December 25th – Aloha Bowl, Honolulu, Hawaii No. 17 Colorado 41, No. 25 Fresno State 30
While the Buffs found no snow on the ground on Christmas Day, 1993, they did find presents there.
Colorado’s defense forced four Fresno State fumbles, converting all four turnovers into points as the Buffs ran away from the Bulldogs, 41-30, to win the 12th-annual Aloha Bowl. Sophomore tailback Rashaan Salaam rushed for 135 yards and three touchdowns to lead the Buffs’ offense, while the depleted Colorado secondary withstood 523 yards passing by Fresno State’s Trent Dilfer. “It’s sweet,” said head coach Bill McCartney. “It’s what we wanted to accomplish when we redesigned our goals after losing to Nebraska. We wanted to close the season with three straight wins, go to a bowl, and bring back a trophy.”
At the outset, it looked like the Buffaloes from the Big Eight were interested in finishing off the Bulldogs early in order to get to the beach by early afternoon (kickoff was at 10:45 a.m., local time). On the Buffs’ first possession (after Chris Hudson had stripped Dilfer of the ball on the game’s opening drive), Stewart directed the Buffs on an eight-play, 53-yard drive culminated in a Salaam two-yard run. Later, after a second Fresno State fumble, the Buffs pounded the Bulldogs on an 88-yard drive capped by a James Hill seven-yard run. With Hill’s score, the Buffs’ lead was 17-0.
Before the half ended, though, Fresno State would gain some much needed momentum. The teams swapped field goals, and with only one second remaining in the half the Colorado lead was 20-3. Rather than risk a long run back, kicker Mitch Berger was instructed to squib-kick the ball down the middle of the field. In the ensuing melee, an attempted lateral was fumbled, finally being recovered by Fresno State flanker Malcolm Seabron. Seabron took the ball and raced through the confused Buff defenders for 68 yards and a touchdown.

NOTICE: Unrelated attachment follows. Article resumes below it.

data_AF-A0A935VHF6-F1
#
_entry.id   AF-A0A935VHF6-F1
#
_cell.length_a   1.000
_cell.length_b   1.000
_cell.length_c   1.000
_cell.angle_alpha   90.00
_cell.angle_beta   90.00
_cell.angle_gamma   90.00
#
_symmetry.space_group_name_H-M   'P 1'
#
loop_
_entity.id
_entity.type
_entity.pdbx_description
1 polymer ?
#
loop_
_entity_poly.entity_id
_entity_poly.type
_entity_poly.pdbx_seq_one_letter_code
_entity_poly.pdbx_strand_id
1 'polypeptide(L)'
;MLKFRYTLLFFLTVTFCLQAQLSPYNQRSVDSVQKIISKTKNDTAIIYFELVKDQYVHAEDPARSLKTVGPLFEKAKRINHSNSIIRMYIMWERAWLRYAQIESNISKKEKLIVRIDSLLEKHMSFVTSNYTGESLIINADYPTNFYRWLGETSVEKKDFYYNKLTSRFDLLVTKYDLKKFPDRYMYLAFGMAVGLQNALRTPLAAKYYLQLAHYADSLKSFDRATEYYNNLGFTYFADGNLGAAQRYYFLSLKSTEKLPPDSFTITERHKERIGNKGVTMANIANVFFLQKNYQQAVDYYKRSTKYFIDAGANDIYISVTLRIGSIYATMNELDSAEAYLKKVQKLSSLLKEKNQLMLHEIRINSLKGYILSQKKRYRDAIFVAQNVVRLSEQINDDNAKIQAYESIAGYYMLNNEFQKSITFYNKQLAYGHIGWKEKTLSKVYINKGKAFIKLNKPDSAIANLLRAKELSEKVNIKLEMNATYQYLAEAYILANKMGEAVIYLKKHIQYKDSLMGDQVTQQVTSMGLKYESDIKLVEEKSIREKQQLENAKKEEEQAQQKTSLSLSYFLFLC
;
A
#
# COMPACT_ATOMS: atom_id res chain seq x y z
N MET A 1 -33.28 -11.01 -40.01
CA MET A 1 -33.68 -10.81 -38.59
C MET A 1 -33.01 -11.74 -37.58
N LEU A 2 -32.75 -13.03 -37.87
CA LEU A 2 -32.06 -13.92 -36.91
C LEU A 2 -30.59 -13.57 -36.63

What had been a comfortable 20-3 lead was now reduced to a 20-10 halftime advantage.
Early in the third quarter, Rashaan Salaam solidified his selection as Offensive MVP of the Aloha Bowl, breaking tackles at the line of scrimmage before racing for a 40-yard touchdown. With the Buffs up 27-10, Fresno State abandoned the rushing game (the Bulldogs would net only three yards rushing on the day), and Dilfer began to put up impressive statistics.
While not counted along with regular season stats, Dilfer’s numbers far outdistanced the best efforts of any quarterback to ever face the Buffs. Dilfer’s attempts (63) were more than the record for a Colorado opponent (61), as were his completions (37 to 30) and yardage (523 to 439). Only two of the 63 passes ended up in the endzone, however, as the Bulldogs never got closer than 10 points the remainder of the game.
Both teams scored 14 points in the third quarter, with Colorado’s second touchdown of the quarter coming courtesy of a Fresno State fumble, returned by sophomore safety Donnell Leomiti 28 yards for a touchdown.
With the score 34-24, Rashaan Salaam scored for the third time, this time from four yards out, to give the Buffs a 41-24 lead. A consolation touchdown pass from Trent Dilfer (the two point coversion pass failed) late in the game made the score more palatable for Bulldog fans, but the victory belonged to Colorado, 41-30.
Christmas at Home
Colorado was allotted 7,500 tickets for the Aloha Bowl, but sold less than 1,000. Like most of my Buff brethren, I watched the game on television. I probably would not have gone anyway, but with the expense of moving into our new home, along with the anticipated costs of our upcoming July, 1994, wedding, the finances were being directed elsewhere.